• 74 per cent of organisations blend in-house and contracted resources to develop digital services while just 10 per cent rely on in-house capability alone.

There was widespread recognition in our research that procurement and commercial strategies need to change to accommodate digital transformation. Public sector approaches to procurement are rightly designed to make sure that public money is well-spent. This must continue, but our research found evidence that the risks of poor public spending are different in the digital age to those that went before. Within individual public bodies, our research suggests that interventions with the most impact include:

  • Shifting onto open standards for data and interfaces
  • Breaking larger contracts into smaller parts.

 

Workforce and skills

Our survey of public sector leaders finds that:

  • Collaborative processes, business acumen and technological savviness are the three most highly-prized capabilities for public sector digital transformation
  • 26 per cent say their organisation has sufficient skills to execute their digital strategy 
  • 28 per cent think their organisation has the right resources or opportunities to obtain the digital skills they need
  • 93 per cent say that workforce and skills is the most difficult area to manage in their organisation’s digital transformation
  • 35 per cent say that they are confident in their organisation’s readiness to respond to digital.

Our research identified workforce and skills as the most challenging area for digital evolution. Achieving the potential of digital transformation requires public bodies to have new skills. These are not simply existing people with new awareness, but genuinely new skills including user research and analysis, technology skills, agile and iterative project management, user experience skills , financial modelling for digital business models and commercial skills for a digital supply chain. With relatively constrained levels of public sector pay, alongside a private sector economy that is rebounding strongly, it is difficult for public bodies to attract the talent they need. The solution is a blend of investment, external support and innovative approaches:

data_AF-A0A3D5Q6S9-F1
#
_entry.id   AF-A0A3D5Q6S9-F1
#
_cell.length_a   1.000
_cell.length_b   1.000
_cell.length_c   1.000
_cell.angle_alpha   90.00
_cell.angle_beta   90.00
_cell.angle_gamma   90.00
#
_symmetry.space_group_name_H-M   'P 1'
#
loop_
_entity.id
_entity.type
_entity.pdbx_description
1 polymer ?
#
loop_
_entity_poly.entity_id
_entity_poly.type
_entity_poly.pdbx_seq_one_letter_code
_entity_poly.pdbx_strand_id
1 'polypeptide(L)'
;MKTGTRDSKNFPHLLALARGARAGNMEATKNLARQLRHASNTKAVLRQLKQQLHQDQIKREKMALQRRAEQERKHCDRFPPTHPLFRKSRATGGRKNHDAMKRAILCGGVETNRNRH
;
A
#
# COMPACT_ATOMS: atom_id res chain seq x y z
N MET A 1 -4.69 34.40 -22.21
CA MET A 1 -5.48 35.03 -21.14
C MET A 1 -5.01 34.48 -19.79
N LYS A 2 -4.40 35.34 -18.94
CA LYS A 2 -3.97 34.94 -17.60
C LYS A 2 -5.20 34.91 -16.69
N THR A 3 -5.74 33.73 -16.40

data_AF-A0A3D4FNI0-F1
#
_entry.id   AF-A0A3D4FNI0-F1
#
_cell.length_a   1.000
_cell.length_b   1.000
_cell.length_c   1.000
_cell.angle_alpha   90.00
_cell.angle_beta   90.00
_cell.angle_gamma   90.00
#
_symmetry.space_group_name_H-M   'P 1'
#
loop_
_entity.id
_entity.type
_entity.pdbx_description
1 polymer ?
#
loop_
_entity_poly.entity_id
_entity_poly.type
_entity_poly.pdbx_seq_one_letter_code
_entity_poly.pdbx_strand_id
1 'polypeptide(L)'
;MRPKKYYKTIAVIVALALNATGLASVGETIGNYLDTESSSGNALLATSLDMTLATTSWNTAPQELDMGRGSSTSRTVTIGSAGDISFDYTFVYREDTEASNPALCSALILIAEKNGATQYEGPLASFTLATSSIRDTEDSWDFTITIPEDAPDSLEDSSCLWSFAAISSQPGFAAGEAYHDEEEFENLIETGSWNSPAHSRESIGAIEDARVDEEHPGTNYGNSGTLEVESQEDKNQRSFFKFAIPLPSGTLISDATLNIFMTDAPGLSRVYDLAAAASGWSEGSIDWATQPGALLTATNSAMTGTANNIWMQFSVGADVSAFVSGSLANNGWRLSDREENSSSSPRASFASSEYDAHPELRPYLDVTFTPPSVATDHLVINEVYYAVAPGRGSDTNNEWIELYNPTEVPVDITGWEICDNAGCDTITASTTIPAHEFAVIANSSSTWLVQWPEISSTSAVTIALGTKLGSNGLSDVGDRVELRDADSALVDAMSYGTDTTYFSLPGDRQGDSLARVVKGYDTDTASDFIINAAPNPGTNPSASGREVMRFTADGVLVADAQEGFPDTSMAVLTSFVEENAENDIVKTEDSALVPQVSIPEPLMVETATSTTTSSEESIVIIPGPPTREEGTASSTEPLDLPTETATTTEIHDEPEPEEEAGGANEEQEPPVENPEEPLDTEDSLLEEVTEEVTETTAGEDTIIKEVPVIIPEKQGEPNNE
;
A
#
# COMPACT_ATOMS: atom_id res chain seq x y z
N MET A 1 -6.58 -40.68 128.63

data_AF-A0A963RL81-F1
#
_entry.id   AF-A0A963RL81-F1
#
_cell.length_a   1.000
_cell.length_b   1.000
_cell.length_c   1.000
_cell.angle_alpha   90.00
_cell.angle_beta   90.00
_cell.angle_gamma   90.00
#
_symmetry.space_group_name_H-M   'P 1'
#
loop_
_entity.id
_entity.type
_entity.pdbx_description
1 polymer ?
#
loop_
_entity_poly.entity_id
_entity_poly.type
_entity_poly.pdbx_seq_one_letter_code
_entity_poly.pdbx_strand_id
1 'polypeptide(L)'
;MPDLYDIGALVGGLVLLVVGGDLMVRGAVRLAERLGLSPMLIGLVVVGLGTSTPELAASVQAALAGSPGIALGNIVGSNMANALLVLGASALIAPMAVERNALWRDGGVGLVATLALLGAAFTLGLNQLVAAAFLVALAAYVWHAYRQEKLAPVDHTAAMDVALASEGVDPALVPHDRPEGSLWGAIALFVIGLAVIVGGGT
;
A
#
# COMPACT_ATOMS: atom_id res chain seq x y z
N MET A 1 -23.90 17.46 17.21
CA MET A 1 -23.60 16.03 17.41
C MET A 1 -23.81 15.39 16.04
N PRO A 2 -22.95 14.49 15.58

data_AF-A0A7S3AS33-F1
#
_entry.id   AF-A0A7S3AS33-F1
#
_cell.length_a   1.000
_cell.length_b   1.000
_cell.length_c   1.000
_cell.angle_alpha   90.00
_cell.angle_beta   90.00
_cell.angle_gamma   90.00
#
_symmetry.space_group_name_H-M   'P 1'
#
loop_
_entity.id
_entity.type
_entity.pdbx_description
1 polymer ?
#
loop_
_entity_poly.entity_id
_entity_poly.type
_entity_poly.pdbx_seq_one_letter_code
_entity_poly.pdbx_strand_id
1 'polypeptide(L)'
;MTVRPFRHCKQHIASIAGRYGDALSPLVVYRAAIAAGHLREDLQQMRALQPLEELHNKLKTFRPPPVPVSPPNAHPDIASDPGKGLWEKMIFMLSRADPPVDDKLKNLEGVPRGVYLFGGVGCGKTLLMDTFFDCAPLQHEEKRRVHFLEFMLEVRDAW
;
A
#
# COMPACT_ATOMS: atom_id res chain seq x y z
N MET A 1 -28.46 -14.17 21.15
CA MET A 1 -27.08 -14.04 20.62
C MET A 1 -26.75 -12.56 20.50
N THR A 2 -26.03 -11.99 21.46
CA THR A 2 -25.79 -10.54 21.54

• Partnerships with universities, employers and suppliers
  • In-house academies
  • Accessing skills in the community through open data, transparency and co-creation.
     

Leadership

Just 32 per cent of survey respondents believe their leadership has sufficient skills for meeting the challenge of digitally transforming public services. Our research illustrates that leader need to manage competing priorities and buy into user-centred design if digital transformation is to be achieved.

In the new digital era, leaders are required to make decisions with less information, and constant evolution in the art of the possible. Governance of change across the public sector is under similar pressure. Public bodies which expect all change to be slow-moving, subject to rigorous gateways and managed to timescales set in stone will increasingly find that their governance regime itself is a barrier to digital transformation. Some of the successful ways of working and interventions that our research encountered are:

  • Funding services that improve rather than isolated projects
  • Setting benchmark and baseline data to inform decision-making.